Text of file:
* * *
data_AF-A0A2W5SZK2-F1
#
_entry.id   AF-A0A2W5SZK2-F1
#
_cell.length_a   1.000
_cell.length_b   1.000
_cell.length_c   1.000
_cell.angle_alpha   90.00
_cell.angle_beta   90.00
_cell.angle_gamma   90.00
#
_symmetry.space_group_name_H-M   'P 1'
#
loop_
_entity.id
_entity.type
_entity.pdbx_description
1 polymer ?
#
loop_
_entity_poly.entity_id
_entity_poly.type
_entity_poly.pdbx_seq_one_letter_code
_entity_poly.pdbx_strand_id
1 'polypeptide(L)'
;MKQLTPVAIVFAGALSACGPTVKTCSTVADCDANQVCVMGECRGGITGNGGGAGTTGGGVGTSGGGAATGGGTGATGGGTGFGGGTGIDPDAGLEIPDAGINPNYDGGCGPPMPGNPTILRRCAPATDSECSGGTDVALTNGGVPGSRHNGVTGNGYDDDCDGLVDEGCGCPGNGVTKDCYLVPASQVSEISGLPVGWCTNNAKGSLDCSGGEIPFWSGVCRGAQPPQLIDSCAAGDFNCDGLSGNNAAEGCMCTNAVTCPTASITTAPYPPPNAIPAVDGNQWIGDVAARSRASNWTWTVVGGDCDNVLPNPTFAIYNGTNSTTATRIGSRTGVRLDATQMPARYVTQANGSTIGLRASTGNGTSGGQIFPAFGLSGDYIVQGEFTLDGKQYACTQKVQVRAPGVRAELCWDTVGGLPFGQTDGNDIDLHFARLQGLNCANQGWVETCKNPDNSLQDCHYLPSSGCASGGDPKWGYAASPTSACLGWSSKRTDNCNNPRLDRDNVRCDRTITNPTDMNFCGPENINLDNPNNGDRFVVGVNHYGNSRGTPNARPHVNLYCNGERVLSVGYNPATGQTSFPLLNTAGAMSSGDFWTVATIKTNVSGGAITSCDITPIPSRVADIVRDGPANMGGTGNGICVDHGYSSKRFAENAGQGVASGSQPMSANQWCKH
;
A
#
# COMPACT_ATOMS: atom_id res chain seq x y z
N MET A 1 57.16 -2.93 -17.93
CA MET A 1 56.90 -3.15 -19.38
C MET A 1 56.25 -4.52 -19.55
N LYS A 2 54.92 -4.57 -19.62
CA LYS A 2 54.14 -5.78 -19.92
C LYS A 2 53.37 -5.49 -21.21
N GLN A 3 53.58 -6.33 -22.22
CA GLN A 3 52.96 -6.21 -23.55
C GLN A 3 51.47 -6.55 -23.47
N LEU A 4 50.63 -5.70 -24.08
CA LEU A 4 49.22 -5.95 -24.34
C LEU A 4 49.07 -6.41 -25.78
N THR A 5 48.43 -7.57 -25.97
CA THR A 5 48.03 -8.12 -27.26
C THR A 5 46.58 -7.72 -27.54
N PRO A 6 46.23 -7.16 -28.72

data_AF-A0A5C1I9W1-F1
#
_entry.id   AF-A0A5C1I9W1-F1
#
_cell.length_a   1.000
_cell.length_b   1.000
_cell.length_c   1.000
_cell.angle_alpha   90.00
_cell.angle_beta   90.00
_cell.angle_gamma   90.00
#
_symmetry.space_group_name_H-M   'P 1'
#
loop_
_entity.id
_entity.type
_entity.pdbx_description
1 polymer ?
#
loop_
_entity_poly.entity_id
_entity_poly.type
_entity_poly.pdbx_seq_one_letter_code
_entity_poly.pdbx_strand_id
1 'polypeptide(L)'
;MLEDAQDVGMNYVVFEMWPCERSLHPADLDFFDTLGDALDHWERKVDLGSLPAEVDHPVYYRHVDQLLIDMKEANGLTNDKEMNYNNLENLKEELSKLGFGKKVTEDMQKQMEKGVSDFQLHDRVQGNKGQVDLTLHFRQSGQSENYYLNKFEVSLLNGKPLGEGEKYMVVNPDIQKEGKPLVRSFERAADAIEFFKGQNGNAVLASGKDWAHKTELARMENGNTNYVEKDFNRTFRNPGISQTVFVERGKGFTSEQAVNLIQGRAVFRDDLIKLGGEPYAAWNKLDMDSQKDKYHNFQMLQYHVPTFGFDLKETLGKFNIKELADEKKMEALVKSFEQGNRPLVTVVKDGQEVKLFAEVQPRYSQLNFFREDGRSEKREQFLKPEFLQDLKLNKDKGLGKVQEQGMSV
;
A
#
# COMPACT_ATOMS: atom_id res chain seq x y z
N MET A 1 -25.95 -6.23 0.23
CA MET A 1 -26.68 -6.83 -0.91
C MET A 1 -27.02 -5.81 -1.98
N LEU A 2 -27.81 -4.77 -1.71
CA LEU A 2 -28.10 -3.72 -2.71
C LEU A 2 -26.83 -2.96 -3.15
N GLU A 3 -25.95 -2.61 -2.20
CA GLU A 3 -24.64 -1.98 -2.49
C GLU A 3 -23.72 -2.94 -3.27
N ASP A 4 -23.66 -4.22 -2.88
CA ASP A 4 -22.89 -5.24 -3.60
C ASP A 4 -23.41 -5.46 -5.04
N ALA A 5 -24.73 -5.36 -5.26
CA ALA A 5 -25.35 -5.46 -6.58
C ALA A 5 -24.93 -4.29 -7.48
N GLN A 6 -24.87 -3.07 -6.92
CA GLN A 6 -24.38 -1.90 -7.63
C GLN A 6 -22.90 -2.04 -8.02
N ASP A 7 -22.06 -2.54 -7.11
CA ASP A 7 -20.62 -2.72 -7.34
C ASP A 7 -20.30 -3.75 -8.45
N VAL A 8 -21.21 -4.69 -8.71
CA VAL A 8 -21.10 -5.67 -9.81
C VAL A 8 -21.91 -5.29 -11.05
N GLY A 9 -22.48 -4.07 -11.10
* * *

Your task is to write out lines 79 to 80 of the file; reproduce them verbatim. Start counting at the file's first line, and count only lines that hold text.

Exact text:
C MET A 1 -27.02 -5.81 -1.98
N LEU A 2 -27.81 -4.77 -1.71